Donald Trump is no longer the dominant force within US politics, and successor Joe Biden’s reputation as a highly effective and seasoned political operator – in the traditional sense – has brought a welcome return to some sort of normalcy. We have grown accustomed to ‘the first 100 days’ as being the most active period in every US presidency and so far, Joe Biden and his administration seem determined to make every day count.

By 11 March, the $1.9 trillion American Rescue Act was passed. Its major component of direct payments to most adults of $1,400, along with $3,000 per child for lower income households, is  almost complete. On the last day of the quarter, Biden’s administration proposed $2.25 trillion of government-directed infrastructure spending spread over eight years, signposted as the first half of a ten-year $4 trillion investment programme.

Much akin to start-up investments in new corporate ventures, the ultimate aim is to create a bigger economy, one with the capacity to generate a higher return on the investment than the cost of finance. To lower societal divisions, companies are getting some benefit but (new) workers are intended to receive a big increase in their share of ‘profits’. Relative to the size of the economy at the outset, government debt will rise over five years, but is expected to fall thereafter, as the economy should by then grow faster than the debt.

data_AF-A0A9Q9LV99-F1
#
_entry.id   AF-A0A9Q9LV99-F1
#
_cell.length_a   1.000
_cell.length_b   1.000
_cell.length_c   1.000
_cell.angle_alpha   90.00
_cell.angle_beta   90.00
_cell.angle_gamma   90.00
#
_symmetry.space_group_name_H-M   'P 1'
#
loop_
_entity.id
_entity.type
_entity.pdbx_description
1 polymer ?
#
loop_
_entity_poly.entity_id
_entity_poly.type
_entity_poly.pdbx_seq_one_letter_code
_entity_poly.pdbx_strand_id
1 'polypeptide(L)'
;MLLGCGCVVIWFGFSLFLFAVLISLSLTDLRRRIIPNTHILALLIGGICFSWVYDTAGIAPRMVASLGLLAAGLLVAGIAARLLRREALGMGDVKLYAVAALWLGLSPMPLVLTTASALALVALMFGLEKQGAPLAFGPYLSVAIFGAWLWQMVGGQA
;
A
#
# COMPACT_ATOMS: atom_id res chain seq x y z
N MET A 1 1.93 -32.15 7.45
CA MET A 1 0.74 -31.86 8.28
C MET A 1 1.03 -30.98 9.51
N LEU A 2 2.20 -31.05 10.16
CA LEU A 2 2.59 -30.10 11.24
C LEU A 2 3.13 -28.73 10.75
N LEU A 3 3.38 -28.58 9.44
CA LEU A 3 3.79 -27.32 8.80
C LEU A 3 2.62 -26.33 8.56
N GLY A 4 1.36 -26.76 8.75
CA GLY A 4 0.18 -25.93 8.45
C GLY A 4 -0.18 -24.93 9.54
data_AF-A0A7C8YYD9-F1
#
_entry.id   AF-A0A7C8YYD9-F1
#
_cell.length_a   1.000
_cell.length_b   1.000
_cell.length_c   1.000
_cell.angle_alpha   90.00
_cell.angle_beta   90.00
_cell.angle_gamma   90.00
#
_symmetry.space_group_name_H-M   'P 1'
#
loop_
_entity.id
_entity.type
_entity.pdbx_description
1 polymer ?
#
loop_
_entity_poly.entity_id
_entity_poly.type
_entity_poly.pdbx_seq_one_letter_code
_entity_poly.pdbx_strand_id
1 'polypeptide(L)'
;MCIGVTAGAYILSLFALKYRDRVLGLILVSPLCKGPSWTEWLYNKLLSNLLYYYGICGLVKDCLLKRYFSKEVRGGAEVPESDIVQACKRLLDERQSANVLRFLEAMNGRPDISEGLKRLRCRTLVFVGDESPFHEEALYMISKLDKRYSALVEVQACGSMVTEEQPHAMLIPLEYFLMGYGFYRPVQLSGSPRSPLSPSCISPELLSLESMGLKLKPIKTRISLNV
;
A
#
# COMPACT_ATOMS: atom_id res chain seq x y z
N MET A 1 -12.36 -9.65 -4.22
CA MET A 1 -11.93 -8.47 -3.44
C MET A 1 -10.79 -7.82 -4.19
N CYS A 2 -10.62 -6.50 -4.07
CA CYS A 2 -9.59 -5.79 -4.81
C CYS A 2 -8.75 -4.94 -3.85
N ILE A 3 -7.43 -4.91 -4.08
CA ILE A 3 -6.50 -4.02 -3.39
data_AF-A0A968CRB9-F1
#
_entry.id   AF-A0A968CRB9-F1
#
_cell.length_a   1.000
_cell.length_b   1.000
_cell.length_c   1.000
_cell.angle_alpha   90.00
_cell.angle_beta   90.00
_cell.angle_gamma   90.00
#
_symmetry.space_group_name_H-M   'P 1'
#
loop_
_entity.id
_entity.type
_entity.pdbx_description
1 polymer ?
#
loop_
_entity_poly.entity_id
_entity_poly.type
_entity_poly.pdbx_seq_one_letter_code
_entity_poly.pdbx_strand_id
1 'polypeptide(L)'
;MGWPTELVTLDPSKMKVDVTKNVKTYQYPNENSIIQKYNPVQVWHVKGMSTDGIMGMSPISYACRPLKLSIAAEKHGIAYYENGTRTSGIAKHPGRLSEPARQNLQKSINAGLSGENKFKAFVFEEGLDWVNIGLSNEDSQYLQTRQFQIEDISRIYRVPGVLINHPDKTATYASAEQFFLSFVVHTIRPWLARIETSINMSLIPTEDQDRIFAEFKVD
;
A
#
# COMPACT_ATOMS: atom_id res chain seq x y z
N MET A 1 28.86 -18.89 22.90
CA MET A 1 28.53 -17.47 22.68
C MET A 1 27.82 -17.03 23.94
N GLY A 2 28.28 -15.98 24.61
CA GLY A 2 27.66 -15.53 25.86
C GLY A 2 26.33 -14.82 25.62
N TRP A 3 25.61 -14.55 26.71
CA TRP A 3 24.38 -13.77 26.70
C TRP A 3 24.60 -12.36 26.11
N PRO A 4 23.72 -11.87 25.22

Funding the spending plan is the “Made In America Tax Plan”, with far-reaching tax proposals. Raising the headline rate of corporate tax from 21% to 28% is only part of the story. Importantly, for the long-term health of not just the economy but the planet, it removes fossil-fuel subsidies, while – recognising the globalised economy – the plan also proposes a “minimum tax” targeting overseas profits.

For the largest companies in the US equity market, the proposals are hugely important. Tech companies have been especially adept at shifting the domicile where revenues are recognised, and Biden’s proposal addresses this by taxing their overseas profits. This impinges on tax haven nations, so the US has flipped into being the greatest supporter of the Organisation for Co-operation and Economic Development (OECD), in its push against regional corporate tax competition.